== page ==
The Forchion family attended a Baptist church next door to their house in the woods, and Brown later let her son explore Islam when he begged her. Forchion found Rastafarianism for obvious reasons, he said, although he's not orthodox in his daily practice.
"I don't reject it, but I eat hamburgers now," he said.
In 1982, he graduated from Edgewood Regional High School in Winslow, and briefly attended Claflin University in South Carolina before joining the U.S. Army. He tried to be a Marine, but his asthma got him dismissed, he said, and the one thing that alleviated his asthma was weed.
Marijuana was always there, even as he worked driving rigs like his father after the Army, and it stayed with him through his marriage and the birth of his children. On the Monday before Thanksgiving in 1997, however, marijuana became a cause.
That's when Forchion and his brother, Russell, were arrested during a sting in Bellmawr, Camden County. He had shipped 45 pounds of marijuana there from Arizona and the police found out about it and arrested them both after it arrived.
That arrest resulted in a brief mention in the Inquirer, and less than six months later the paper ran a larger story on his protests and efforts to run for political office.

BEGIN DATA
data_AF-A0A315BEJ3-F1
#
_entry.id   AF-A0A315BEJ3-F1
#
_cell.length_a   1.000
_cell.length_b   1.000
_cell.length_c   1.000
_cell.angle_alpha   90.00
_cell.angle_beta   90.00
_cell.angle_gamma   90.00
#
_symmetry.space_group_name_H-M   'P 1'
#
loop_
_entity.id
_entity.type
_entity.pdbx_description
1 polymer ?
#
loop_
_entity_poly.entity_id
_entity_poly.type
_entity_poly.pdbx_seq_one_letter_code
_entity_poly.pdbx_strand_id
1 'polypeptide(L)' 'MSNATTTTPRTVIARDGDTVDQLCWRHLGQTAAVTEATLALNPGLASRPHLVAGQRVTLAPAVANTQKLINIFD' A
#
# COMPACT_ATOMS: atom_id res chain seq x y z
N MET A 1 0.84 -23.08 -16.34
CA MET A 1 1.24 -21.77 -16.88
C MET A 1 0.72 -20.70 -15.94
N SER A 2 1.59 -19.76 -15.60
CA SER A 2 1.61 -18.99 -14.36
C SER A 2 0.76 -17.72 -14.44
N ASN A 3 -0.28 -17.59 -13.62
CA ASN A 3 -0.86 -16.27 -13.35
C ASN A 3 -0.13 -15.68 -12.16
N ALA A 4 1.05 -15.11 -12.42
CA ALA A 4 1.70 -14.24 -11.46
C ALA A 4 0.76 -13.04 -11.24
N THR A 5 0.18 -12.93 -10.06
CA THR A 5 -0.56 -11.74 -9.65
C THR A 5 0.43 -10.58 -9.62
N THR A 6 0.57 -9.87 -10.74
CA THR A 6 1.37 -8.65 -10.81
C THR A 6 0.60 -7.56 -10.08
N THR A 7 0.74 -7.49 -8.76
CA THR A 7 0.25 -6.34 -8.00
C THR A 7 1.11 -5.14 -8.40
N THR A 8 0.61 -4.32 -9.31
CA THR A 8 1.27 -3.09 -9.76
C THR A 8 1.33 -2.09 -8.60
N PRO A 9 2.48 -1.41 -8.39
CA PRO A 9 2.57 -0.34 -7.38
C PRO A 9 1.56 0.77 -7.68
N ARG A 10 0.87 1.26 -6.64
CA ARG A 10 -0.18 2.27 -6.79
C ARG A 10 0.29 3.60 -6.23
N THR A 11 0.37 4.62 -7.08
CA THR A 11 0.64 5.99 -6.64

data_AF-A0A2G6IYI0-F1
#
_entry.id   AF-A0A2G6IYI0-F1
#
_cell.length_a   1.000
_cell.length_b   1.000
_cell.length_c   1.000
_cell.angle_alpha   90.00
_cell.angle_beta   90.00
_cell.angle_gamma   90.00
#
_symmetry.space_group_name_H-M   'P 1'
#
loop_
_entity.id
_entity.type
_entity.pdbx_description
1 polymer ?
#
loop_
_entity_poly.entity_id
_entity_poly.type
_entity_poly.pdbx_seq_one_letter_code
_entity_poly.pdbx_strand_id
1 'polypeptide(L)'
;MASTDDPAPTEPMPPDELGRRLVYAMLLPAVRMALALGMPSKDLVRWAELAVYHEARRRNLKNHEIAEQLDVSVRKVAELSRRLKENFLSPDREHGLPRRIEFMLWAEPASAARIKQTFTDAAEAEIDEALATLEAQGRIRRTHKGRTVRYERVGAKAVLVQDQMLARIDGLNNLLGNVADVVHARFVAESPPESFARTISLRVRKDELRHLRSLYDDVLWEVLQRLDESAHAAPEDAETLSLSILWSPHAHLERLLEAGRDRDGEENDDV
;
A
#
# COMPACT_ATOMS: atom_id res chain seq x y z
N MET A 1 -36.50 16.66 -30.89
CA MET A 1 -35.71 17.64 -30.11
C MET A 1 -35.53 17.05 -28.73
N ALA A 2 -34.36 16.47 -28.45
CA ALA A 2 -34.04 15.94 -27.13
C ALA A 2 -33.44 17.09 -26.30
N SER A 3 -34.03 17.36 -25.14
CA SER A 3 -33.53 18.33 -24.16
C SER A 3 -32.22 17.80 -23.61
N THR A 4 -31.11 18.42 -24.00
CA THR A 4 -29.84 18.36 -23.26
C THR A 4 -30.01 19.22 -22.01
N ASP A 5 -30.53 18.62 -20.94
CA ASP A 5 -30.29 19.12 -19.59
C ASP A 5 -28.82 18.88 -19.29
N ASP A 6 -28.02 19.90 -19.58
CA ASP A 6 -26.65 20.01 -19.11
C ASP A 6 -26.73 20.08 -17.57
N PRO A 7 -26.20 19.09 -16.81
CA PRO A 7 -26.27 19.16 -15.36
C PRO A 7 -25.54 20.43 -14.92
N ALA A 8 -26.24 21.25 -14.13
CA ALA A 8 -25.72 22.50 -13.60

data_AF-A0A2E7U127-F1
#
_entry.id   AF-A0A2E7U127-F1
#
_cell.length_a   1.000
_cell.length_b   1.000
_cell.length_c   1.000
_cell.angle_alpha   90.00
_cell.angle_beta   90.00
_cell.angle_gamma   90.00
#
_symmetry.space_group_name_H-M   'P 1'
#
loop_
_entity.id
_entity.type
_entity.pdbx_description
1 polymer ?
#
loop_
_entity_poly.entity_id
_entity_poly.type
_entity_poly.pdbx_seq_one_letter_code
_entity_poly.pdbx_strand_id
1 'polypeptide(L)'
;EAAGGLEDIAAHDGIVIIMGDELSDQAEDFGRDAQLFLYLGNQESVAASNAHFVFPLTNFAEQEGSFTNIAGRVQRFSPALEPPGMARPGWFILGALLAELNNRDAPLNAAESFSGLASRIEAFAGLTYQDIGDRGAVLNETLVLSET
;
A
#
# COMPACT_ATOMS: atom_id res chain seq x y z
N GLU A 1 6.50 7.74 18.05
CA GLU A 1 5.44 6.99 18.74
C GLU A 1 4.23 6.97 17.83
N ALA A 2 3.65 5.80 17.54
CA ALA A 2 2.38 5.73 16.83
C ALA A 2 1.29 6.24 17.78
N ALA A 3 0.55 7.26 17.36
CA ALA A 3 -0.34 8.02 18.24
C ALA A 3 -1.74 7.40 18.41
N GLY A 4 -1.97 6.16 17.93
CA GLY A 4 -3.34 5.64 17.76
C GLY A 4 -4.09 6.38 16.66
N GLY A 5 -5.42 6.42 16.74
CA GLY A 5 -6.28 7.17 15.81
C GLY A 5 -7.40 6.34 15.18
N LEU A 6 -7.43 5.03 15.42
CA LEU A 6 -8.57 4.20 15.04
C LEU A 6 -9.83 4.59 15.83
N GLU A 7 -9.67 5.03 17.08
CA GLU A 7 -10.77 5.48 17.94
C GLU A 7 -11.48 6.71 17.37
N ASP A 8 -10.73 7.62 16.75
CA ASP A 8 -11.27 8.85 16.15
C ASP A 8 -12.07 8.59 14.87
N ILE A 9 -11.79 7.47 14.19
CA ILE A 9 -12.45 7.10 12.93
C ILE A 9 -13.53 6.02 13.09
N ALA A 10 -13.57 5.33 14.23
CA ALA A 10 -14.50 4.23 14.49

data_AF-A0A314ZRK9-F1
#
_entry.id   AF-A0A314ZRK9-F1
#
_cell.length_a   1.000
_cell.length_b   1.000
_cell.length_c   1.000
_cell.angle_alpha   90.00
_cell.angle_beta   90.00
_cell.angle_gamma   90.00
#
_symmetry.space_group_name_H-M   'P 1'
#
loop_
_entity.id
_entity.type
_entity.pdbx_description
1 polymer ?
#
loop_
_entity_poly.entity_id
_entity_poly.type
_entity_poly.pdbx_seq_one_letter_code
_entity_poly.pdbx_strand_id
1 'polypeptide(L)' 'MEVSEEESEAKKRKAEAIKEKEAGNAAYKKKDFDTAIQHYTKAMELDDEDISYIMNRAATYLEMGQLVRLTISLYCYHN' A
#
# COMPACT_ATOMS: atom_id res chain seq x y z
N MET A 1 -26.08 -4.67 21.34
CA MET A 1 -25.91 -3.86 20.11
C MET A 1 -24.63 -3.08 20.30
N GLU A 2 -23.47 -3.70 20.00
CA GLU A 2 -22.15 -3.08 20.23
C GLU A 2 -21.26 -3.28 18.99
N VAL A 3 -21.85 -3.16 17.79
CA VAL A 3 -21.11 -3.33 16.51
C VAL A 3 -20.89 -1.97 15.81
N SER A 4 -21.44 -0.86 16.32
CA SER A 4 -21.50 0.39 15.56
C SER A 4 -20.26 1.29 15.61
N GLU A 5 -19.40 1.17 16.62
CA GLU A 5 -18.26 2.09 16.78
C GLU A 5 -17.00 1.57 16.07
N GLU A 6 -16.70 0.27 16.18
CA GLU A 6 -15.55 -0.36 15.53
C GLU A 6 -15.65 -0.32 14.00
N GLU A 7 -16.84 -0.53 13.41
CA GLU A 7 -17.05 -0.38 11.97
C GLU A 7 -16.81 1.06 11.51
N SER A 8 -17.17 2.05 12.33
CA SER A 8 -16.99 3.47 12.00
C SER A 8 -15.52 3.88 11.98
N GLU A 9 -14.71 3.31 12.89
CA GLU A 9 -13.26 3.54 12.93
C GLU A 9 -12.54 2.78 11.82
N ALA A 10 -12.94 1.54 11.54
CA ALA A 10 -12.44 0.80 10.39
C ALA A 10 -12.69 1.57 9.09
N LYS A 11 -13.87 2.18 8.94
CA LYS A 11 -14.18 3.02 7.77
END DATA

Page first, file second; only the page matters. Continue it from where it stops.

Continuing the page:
"There are a lot of marijuana users out there who would love to see the drug legalized," he told the paper in 1998.
Forchion acknowledges that he could have just kept his mouth shut back then and smoked his stuff in the privacy of his own home like millions of other Americans. That's what his brother did, but Russell Forchion always looked up to his older brother, even if he couldn't join him in the trenches.
"He's a smart guy. He could have done whatever he wanted, but he chose this. That's admirable to me," Russell Forchion, 45, said last week. "I wish I could have had the fight in me that he had."
From the time Forchion left his home and drove up to Mercer County and back on this Monday, motorists slowed to shoot him peace signs and fists of solidarity.
"This happens every day," he said as a car passed and beeped on the Atlantic City Expressway.
When the "Fully Baked Radio" show was over, Forchion held court in a parking-lot smoke session and later watched two co-hosts toke their medicinal buds outside a police station. One co-host compared the Weedman to Jesus because of all the "bulls---" they both went through.
Later, he decided that the Rev. Dr. Martin Luther King Jr. was a better comparison, calling Forchion the MLK of marijuana activism.
The Weedmobile struggled home, chugging along the highways with a gunked-up fuel filter. When Forchion coasted into a gas station in his hometown, a woman pulled up next to him and snapped a picture of the van.
"You can tag me with hashtag Weedmobile," he told her.
Back at the house, none of this impressed his mother much. He told her that things were looking up, but Elizabeth Brown just gave him that look. Love and worry for the Weedman, for Robby.